Matti Fagerstrom, head of coaching for the Abu Dhabi Ice Sports Club, says the UAE can be a catalyst for growing the sport in the region.
UAE can be the one to skate the way forward
The great strides taken by the UAE in the development of ice hockey can act as a catalyst for an explosion of interest in the sport across the Gulf region, according to the country's top coach.
To help this growth, the Emirates has invited teams from Kuwait, Qatar and Oman to take part in the inaugural Abu Dhabi International Tournament for the Capital Cup, a 12-team competition to coincide with the 40th National Day anniversary celebrations.
"The UAE have a well-funded and well-structured development programme and already have taken the sport to a new level, not only in the region but in Asia," said Matti Fagerstrom, the head of coaching for the Abu Dhabi Ice Sports Club, the official body for the sport in the country.
He doubted other countries in the region can match UAE's development strategy, which is based on the recommendations of the International Ice Hockey Federation (IIHF).
"I know the national team of Kuwait has the potential to improve, but I am not too sure if they have the same kind of backing the UAE enjoy," said the Finn, who travelled to Kuwait as the UAE coach for the IIHF Challenge Cup of Asia in April.
"I am not sure of their junior programme, but they have a strong senior national team. They have got the infrastructure, an Olympic-size rink and a smaller area for skating. So, if they want to develop and popularise the sport, they can.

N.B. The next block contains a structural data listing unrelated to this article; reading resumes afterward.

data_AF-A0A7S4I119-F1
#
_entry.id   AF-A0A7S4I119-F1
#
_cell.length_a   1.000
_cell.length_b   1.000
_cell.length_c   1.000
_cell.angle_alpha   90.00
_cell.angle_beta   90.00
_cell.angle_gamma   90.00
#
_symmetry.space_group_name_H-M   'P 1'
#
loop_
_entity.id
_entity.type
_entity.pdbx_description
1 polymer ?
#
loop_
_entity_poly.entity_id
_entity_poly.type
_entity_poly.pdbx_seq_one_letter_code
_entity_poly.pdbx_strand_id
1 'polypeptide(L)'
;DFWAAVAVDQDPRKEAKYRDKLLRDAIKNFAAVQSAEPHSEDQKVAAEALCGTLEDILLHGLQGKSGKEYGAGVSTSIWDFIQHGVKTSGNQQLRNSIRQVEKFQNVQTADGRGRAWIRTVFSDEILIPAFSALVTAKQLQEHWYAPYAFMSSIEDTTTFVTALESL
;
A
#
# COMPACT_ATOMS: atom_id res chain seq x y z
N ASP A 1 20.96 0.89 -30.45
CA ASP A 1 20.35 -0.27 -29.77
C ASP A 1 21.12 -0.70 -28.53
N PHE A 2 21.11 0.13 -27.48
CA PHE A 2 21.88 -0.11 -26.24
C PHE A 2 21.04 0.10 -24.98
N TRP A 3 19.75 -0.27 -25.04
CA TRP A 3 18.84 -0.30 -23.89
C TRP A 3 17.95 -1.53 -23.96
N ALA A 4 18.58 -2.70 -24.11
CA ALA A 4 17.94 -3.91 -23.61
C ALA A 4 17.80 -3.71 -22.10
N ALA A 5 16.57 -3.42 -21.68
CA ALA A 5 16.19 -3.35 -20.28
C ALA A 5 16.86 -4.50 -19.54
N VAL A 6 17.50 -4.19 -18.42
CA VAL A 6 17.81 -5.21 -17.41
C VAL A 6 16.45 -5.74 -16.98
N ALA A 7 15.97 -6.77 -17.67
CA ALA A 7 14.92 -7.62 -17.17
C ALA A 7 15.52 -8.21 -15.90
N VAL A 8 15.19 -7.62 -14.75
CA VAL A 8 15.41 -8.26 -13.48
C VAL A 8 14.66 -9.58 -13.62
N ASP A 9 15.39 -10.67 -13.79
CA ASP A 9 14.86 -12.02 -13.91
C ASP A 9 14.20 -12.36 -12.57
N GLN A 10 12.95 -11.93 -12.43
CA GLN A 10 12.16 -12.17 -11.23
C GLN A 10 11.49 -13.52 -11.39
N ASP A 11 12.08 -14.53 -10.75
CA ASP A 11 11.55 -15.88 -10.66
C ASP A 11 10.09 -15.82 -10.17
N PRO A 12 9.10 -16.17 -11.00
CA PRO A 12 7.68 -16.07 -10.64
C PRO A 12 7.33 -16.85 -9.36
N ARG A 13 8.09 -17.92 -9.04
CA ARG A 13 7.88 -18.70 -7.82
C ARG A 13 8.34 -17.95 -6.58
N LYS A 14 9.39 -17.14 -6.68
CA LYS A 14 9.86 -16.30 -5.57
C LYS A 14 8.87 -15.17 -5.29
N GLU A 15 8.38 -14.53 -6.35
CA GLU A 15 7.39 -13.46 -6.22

"I have been to Qatar but there the game is more of an expatriate sport. I travelled with the UAE Under 18 team and their [Qatar's] juniors were under prepared. They were beginners and lacked proper preparation.
"Qatar have also got a problem because their rink is in a mall and the demand for it doesn't provide the ice time for hockey."
Fagerstrom said the Capital Cup, currently underway, was another chance to create awareness and enhance the popularity of the sport. "More competition means more playing opportunities," he said.
"This competition is different to the league and you get to play some unknown teams as well. The format also allows the weaker teams an opportunity to win."
The competition is to be contested in three divisions according to the strengths of the team.
The Union 40 Cup will be for the top four teams in the Emirates Hockey League (EHL) - the Dubai Mighty Camels, Abu Dhabi Storms, Abu Dhabi Scorpions and Al Ain Theebs.
The second division is for the Theyab Awana Cup and the lower division for the Saeed Al Noubi Cup, named after the two young footballers who were killed in car accidents recently.
The Al Ain Vipers, Qatar Qanucks, Dubai Buds and Moosehead of Kuwait are the middle division teams while Godfather, Gensler, Wadi Dogs of Oman and Qatar Qanucks are the four teams in the lower tier competition.
"We have had two similar events staged by a private organisation but this is the first time by us," said Ali Al Hosani of the ADISC.
"We are hopeful this competition will become an annual one in our calendar of events.
"This is a good start, and we would like to see it grow as well.
"And perhaps, someday, draw top flight international teams."
In other newse, the EHL Under 20 season starts on November 26 with four teams in taking part, two from Abu Dhabi, Storms and Shaheen and one each from Al Ain and Dubai, Theebs and Sandstorms.
Fagerstrom said: "The junior league will be worked off in the same format as the seniors with each team playing 18 games in the group stage.
"And since there are only four teams, all four will go into the play-off with the top team playing the bottom team and then the second versus the third."